It is conventional wisdom in the art that the platinum group metal catalytic component should be dispersed upon a high surface area material, i.e., the activated alumina, with which it is compatible. However, it has been found advantageous in the practice of the present invention to also disperse a platinum group metal component, other than a rhodium component, onto the bulk ceria promoter. It has further been found to be advantageous if the ceria is a high purity ceria, such as a low temperature calcined ceria comprising at least about 90, preferably at least about 95, more preferably at least about 99, weight percent, measured as CeO2, of the total rare earth metal oxide constituents.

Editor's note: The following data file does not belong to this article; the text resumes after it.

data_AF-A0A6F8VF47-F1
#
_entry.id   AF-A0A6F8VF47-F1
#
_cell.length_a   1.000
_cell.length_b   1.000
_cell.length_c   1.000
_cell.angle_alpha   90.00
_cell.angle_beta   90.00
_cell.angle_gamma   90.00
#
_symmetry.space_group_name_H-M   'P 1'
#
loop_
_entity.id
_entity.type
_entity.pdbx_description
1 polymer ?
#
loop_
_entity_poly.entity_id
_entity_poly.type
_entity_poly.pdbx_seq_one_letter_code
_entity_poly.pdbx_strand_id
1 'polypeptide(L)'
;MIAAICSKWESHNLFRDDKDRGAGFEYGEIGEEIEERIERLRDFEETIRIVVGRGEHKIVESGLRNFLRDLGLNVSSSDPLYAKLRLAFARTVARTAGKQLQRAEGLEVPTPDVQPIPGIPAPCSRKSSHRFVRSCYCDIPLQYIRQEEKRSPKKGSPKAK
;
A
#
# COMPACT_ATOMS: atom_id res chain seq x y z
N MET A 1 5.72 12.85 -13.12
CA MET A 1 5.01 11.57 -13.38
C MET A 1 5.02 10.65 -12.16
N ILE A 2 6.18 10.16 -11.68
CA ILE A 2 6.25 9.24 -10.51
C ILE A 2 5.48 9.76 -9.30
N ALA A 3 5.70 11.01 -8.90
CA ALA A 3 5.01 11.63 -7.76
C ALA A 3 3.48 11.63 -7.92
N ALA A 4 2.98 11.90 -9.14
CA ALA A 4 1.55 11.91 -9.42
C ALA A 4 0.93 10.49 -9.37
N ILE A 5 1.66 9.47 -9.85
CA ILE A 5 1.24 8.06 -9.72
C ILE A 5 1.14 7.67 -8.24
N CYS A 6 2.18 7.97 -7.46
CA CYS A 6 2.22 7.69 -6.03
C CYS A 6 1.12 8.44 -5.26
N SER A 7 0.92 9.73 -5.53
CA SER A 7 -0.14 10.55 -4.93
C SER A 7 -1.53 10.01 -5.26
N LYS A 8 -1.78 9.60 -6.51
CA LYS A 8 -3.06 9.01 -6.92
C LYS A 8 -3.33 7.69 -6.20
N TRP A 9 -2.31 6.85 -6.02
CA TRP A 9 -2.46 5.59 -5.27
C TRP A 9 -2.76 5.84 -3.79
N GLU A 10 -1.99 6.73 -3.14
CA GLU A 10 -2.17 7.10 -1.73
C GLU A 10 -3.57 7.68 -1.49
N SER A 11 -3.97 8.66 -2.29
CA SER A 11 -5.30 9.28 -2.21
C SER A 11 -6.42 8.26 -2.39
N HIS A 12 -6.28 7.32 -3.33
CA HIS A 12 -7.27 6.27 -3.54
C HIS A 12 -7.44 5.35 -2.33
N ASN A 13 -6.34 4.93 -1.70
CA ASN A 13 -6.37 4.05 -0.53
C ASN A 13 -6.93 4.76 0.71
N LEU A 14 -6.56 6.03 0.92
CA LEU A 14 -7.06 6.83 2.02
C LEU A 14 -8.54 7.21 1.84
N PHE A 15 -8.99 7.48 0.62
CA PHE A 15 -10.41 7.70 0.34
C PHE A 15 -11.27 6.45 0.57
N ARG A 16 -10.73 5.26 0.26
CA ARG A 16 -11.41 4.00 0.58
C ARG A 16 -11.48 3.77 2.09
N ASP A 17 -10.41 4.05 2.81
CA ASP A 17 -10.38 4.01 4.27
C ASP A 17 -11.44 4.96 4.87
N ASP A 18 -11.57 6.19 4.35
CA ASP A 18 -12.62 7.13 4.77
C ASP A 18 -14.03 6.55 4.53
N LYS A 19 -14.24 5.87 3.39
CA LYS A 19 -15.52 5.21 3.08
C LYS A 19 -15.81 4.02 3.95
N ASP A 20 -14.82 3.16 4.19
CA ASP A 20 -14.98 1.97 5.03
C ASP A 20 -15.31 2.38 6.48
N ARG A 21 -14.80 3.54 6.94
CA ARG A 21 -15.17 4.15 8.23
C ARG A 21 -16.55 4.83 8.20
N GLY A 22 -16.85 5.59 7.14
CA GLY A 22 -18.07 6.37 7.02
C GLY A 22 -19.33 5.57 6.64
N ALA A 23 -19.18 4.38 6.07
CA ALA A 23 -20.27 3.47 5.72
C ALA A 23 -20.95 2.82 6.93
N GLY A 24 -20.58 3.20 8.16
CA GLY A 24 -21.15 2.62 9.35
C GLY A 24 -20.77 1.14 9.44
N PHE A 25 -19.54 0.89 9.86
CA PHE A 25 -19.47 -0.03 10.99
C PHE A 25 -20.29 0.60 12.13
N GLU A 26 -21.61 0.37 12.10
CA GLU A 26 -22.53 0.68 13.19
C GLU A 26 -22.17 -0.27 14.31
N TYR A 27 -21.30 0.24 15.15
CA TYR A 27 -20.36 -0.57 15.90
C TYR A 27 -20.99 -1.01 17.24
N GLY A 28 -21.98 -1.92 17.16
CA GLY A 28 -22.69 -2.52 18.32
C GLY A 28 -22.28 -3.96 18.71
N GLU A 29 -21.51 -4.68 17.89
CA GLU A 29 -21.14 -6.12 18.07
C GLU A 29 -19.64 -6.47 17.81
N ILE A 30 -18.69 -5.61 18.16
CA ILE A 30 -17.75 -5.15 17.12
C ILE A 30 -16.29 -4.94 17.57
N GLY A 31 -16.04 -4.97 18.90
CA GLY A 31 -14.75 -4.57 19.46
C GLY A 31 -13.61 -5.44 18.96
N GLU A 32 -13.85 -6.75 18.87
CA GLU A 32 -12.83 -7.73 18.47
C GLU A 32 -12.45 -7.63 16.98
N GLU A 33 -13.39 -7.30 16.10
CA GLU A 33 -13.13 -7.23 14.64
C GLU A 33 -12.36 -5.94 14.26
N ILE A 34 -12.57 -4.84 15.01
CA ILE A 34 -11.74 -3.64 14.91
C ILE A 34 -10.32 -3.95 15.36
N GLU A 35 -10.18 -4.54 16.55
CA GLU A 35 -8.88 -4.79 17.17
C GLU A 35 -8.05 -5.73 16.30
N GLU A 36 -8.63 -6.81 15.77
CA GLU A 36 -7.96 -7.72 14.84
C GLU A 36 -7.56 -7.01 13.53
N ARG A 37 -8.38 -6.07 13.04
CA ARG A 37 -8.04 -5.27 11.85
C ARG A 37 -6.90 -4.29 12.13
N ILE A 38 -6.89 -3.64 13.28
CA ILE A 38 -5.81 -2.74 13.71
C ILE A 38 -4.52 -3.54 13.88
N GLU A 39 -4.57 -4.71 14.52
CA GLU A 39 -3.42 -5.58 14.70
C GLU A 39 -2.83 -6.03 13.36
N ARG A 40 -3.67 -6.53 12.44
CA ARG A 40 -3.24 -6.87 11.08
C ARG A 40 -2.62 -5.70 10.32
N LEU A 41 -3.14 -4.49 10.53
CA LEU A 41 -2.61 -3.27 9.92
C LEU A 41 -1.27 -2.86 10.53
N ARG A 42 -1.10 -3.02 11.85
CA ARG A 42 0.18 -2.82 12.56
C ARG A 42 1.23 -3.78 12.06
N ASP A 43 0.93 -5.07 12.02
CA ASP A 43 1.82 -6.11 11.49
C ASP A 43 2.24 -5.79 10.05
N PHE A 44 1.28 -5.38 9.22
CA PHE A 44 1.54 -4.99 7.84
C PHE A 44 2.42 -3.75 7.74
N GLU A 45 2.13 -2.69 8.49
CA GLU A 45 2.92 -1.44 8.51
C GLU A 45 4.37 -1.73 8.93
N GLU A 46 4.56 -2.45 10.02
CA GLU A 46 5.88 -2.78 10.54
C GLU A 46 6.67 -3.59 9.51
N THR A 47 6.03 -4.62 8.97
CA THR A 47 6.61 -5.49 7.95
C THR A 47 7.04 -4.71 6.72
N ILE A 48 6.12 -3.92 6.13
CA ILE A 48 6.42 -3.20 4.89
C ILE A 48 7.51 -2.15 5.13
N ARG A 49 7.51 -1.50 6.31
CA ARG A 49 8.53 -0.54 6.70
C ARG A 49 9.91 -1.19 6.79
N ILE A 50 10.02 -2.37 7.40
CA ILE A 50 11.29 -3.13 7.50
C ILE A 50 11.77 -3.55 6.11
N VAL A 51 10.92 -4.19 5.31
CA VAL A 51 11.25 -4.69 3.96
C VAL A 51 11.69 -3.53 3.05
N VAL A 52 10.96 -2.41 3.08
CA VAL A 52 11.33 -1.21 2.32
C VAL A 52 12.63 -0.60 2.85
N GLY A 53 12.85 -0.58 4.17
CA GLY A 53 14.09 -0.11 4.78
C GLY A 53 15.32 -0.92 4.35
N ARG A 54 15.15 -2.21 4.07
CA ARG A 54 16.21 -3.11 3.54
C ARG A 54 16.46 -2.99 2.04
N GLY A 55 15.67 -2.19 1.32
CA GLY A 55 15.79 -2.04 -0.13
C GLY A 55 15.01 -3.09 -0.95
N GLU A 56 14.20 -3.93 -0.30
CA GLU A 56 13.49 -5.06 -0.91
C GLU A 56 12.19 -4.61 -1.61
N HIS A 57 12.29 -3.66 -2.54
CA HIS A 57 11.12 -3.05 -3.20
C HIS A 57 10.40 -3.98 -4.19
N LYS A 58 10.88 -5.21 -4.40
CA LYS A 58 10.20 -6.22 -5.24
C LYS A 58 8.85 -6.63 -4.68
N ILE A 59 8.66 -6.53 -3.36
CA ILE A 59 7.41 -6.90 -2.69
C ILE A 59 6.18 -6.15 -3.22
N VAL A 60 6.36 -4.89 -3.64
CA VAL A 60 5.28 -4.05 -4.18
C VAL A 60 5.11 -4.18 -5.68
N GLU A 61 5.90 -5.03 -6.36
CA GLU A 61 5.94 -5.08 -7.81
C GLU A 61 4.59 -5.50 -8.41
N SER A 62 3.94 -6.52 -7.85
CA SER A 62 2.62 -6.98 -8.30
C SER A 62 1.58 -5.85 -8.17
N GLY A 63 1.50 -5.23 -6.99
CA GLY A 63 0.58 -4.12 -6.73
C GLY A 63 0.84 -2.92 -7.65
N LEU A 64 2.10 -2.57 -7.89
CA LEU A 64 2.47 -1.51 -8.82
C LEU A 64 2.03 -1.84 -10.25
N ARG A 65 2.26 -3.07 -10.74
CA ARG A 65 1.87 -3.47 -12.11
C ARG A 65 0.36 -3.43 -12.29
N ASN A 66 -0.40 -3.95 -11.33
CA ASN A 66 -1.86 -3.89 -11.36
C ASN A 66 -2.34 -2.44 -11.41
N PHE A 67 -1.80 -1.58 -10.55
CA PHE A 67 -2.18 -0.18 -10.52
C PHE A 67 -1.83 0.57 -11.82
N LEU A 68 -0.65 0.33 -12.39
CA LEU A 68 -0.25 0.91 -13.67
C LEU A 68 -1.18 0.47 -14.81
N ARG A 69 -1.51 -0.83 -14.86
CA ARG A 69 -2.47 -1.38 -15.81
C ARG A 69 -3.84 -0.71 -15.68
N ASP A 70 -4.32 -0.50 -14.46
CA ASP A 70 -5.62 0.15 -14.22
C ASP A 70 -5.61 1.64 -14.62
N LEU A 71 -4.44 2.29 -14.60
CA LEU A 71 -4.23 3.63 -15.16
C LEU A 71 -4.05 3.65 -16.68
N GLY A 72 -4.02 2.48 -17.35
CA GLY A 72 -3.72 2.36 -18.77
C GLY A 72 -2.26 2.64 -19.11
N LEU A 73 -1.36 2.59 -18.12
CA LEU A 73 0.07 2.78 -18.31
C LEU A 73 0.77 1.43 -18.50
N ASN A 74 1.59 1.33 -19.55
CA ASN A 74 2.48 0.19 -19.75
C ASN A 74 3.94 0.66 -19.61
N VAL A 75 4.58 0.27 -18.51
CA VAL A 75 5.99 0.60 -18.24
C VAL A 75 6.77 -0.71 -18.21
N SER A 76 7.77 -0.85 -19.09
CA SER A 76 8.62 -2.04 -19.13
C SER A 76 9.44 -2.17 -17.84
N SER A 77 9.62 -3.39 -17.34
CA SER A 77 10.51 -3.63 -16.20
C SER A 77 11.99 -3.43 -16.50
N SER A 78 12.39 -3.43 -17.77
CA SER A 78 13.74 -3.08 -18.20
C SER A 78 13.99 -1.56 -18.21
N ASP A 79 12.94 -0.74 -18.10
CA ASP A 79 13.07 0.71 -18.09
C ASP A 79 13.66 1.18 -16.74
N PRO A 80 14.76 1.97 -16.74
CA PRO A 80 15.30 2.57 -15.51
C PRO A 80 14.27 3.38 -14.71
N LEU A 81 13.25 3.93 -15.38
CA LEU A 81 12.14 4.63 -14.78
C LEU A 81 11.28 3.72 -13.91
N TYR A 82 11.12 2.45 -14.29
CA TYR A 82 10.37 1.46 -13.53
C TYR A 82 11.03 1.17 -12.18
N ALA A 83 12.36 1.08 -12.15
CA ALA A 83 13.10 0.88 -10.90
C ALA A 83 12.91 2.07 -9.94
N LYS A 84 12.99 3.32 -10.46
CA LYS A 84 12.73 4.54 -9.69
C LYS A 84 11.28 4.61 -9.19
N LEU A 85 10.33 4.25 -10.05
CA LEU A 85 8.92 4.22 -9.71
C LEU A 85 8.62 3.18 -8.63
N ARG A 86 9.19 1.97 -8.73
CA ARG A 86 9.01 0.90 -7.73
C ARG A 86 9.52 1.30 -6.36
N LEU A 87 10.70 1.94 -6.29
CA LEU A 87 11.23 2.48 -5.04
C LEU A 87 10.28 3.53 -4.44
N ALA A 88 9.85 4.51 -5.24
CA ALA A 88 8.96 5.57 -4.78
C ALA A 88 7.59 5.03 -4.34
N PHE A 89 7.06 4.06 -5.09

With respect to the amount of platinum group metal catalytic component utilized in the catalyst, it is of course desired to minimize the amount of these expensive materials consistent with providing an effective catalyst. Since the amount of platinum and palladium occurring in naturally mined ores is much greater than the amount of rhodium occurring in such ores, the proportion of platinum (and palladium, when palladium is utilized) is usually significantly higher than that of rhodium in the catalyst. Thus, the combined weight of platinum, or of platinum and palladium, is usually in excess of twice the amount of rhodium, preferably at least four times the amount of rhodium, and most preferably at least ten times the amount of rhodium present. The total weight of platinum group metal catalytic component utilized, measured as the metal, typically will not exceed about 10 weight percent of the weight of the catalytic material, for example, it will comprise from about 0.01 to about 8%, more preferably from about 0.05 to 5 weight percent of the catalytic material. In this context, reference to the "catalytic material" is to the material comprising alumina, catalytic components and stabilizers and/or, if present, other modifiers suoh as reaction promoters, and excludes the monolithic carrier substrate. When the catalytic material is applied as a thin coating to a monolithic carrier substrate, the proportions of ingredients are conventionally expressed as grams of material per cubic inch of catalyst as this measure accommodates different gas flow passage cell sizes in different monolithic carrier substrates. For typical automotive exhaust gas catalytic converters, the catalyst composition (catalyst material plus monolithic substrate) generally may comprise from about 0.25 to about 4.0, preferably about 0.25 to about 3.0 g/in3 of catalytic material coating, including about 0 to about 25, preferably about 0.1 to about 15 g/ft3 rhodium and about 0.5 to about 150, preferably about 1 to about 90 g/ft3 of platinum and/or palladium.